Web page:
Virginia Claims Sweet Briar Closing Vote was Precipitous, Unwarranted and Unlawful

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Sweet Briar

March 30, 2015;News & Advance (Lynchburg, VA)

NPQ has been covering the case of Sweet Briar College, whose board of directors recently voted to close the school, only to be met with stakeholder resistance. A good deal of that resistance has been organized by a group named Saving Sweet Briar, which more than a week ago threatened legal action if the board and president did not step down. On Saturday, the online version of the Roanoke Times ran an editorial musing on why legal action against the president and board of Sweet Briar College has been so slow to be filed. But that may have been a bit premature.

The Amherst County attorney is now seeking an injunction on behalf of the Commonwealth of Virginia to block the closing and force the removal of the president and board of directors. Calling the closing “not only precipitous and unwarranted (but) also unlawful,” county attorney Ellen Bowyer, who apparently has been consulting with Saving Sweet Briar, asks that a special fiduciary be appointed to take control of Sweet Briar to prevent the board from using charitable contributions for other than the intended purpose.

According to Business Insider, Sweet Briar issued the following statement after the Commonwealth’s lawsuit had been filed:

“Our legal counsel has just received the complaint from the Amherst County Attorney and will respond appropriately after a chance for careful review and analysis.”

A precedent for this lawsuit may exist in the still-open Wilson College, whose board voted to close it but was blocked after a judge ruled it hadn’t done enough to try to save the school.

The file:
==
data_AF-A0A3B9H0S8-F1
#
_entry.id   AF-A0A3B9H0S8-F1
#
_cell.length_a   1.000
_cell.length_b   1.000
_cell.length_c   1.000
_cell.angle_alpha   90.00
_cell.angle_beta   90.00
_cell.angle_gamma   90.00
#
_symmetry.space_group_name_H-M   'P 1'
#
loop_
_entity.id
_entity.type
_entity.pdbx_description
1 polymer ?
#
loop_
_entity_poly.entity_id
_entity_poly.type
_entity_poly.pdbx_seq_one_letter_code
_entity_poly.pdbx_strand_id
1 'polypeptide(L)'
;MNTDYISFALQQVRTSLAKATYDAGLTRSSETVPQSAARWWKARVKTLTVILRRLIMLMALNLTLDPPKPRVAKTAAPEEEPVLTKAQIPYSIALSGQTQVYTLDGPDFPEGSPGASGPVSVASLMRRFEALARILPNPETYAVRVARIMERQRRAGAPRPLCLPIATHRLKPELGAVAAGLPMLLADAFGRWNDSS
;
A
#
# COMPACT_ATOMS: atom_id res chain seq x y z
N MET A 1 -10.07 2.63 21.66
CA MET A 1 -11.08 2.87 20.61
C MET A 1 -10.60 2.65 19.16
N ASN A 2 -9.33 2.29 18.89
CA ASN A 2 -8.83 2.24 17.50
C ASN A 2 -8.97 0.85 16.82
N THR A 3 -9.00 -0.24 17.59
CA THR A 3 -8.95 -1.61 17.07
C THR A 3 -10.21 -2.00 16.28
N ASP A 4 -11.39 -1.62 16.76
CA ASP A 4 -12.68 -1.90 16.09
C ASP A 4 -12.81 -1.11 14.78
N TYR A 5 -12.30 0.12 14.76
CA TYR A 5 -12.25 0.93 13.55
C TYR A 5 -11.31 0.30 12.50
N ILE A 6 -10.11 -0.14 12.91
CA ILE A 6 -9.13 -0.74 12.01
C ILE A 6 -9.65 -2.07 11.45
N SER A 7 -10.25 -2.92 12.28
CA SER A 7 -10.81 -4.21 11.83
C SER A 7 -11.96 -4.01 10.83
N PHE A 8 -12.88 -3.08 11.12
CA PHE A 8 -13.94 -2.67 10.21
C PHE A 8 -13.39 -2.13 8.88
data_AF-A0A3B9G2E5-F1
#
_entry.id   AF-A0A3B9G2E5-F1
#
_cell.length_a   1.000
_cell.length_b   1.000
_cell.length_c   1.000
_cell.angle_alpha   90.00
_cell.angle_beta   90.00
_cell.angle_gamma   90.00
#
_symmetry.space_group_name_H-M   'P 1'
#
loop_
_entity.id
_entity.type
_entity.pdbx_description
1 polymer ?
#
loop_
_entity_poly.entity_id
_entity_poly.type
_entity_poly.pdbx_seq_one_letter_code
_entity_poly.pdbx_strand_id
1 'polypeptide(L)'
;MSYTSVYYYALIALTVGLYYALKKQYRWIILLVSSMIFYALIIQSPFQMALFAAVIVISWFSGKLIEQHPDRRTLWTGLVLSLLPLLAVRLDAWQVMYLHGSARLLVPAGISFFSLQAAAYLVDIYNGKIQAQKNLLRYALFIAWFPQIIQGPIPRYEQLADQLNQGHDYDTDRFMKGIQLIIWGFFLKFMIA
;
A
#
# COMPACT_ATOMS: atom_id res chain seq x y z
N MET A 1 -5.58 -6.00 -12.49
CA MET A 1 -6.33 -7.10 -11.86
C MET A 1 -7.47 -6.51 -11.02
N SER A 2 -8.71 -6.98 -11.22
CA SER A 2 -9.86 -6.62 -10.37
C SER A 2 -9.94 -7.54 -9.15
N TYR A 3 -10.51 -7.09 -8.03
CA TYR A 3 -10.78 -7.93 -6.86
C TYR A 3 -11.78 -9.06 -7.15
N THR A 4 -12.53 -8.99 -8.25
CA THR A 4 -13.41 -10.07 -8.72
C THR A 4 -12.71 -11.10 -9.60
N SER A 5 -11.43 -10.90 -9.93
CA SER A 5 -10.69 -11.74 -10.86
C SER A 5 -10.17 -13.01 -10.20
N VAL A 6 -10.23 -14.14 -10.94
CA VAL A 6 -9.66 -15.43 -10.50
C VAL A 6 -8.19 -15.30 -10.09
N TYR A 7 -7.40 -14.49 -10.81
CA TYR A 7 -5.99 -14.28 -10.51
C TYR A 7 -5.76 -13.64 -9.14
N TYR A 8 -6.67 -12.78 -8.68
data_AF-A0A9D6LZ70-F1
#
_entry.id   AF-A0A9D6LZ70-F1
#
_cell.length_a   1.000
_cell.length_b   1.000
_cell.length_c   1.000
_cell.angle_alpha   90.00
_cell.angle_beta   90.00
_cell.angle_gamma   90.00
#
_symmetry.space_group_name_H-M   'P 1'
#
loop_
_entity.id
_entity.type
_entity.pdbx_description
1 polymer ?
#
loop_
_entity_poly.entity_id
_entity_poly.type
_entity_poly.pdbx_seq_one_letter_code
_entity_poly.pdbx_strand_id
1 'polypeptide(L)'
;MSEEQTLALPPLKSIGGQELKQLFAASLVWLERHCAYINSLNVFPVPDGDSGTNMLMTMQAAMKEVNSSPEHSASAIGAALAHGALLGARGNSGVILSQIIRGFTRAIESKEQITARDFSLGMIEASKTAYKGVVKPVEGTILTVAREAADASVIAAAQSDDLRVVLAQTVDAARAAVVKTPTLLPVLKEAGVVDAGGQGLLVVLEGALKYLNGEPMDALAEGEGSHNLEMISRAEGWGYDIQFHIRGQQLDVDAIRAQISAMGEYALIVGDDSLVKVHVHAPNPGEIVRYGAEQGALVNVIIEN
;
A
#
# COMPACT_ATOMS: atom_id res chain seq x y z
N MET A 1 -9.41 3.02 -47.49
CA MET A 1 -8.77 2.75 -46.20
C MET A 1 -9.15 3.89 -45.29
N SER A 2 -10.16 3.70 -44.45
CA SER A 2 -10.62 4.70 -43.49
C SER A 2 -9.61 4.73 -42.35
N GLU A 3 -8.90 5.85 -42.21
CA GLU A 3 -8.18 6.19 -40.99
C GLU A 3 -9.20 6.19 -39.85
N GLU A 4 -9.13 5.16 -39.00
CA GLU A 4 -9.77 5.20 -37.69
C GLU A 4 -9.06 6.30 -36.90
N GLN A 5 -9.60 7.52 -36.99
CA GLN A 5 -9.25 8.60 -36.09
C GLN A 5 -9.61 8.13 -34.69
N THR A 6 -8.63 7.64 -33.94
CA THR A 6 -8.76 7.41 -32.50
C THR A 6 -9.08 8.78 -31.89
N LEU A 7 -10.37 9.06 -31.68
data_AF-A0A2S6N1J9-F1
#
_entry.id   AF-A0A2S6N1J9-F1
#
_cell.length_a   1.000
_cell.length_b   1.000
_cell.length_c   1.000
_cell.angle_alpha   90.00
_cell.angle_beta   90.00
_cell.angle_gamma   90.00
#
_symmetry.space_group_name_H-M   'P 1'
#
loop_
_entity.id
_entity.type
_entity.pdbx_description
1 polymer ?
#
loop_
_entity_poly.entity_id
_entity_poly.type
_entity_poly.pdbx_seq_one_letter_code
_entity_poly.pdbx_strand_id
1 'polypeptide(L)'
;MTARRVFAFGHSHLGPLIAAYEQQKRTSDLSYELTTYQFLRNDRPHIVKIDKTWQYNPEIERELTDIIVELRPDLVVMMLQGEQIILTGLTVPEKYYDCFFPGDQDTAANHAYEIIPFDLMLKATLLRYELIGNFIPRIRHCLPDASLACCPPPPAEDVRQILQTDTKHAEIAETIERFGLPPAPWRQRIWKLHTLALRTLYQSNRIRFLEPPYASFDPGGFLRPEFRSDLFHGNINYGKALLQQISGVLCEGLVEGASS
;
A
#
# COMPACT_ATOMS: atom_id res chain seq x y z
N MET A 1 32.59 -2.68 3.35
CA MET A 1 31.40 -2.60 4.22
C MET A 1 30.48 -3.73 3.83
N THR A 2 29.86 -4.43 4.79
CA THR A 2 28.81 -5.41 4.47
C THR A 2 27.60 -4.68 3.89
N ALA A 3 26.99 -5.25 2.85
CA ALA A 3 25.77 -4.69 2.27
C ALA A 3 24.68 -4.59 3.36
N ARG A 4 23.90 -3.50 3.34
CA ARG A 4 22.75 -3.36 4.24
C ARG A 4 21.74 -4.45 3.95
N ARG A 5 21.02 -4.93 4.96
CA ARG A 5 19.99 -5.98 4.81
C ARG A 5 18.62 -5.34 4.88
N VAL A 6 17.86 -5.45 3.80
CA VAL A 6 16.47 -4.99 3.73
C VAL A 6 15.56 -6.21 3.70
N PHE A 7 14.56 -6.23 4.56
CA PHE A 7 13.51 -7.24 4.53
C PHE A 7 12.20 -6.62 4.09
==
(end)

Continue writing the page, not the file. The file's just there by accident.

Earlier yesterday, perhaps out of concern for timing, Jessica Campbell, one Sweet Briar alumna also filed a legal complaint for injunctive relief.—Ruth McCambridge

  • Stacey Sickels Locke

    I am a graduate of Sweet Briar College and a former employee. On many levels I am concerned with the current President, Board and some administrators.

    I helped raise funds in the 1990s that make up the current endowment. It pains me to think of those men and women from all over the country who gave generously for specific purposes — only to have the College try to use their generous gifts to close. Some of those donors are no longer alive and it is for them that I passionately advocate against this action.

    Many who work professionally in admissions, marketing, development, and other fields feel that the College did not do all they could to save Sweet Briar. In fact, they left key positions unfilled. The court documents show many alumnae concerned with the lack of professionalism in key areas, like fundraising.

    It is clear that more could be done and there are thousands who are willing to work towards keeping Sweet Briar’s doors open. Those who would stand in the way should step down and step aside.

    I have written more on these points in my blog at:

  • SBCMom2017

    Sweet Briar College: A Case Study on The Epic Fail of Nonprofit Leadership.

    How did this happen? An Epic Fail of Leadership by a Nonprofit Board? Too little supervision, no accountability, no transparency, no communication with any stakeholders, and ultimately a complete abdication of administrative, fiduciary responsibility and stewardship. WHAT the Sweet Briar Board has done in secrecy among a chosen few is as unconscionable as HOW they have done it. Executive session – no minutes, no reports, shredded documents, pre-planned outcomes, rushed consulting reports, the list is endless. Court documents point out a host of issues related to the lack of integrity exhibited by this nonprofit board iincluding both past and current activities included. They have failed at every level. Unethical and unlawful. Not a good combination, but certainly illustrative ofleadership run amuck.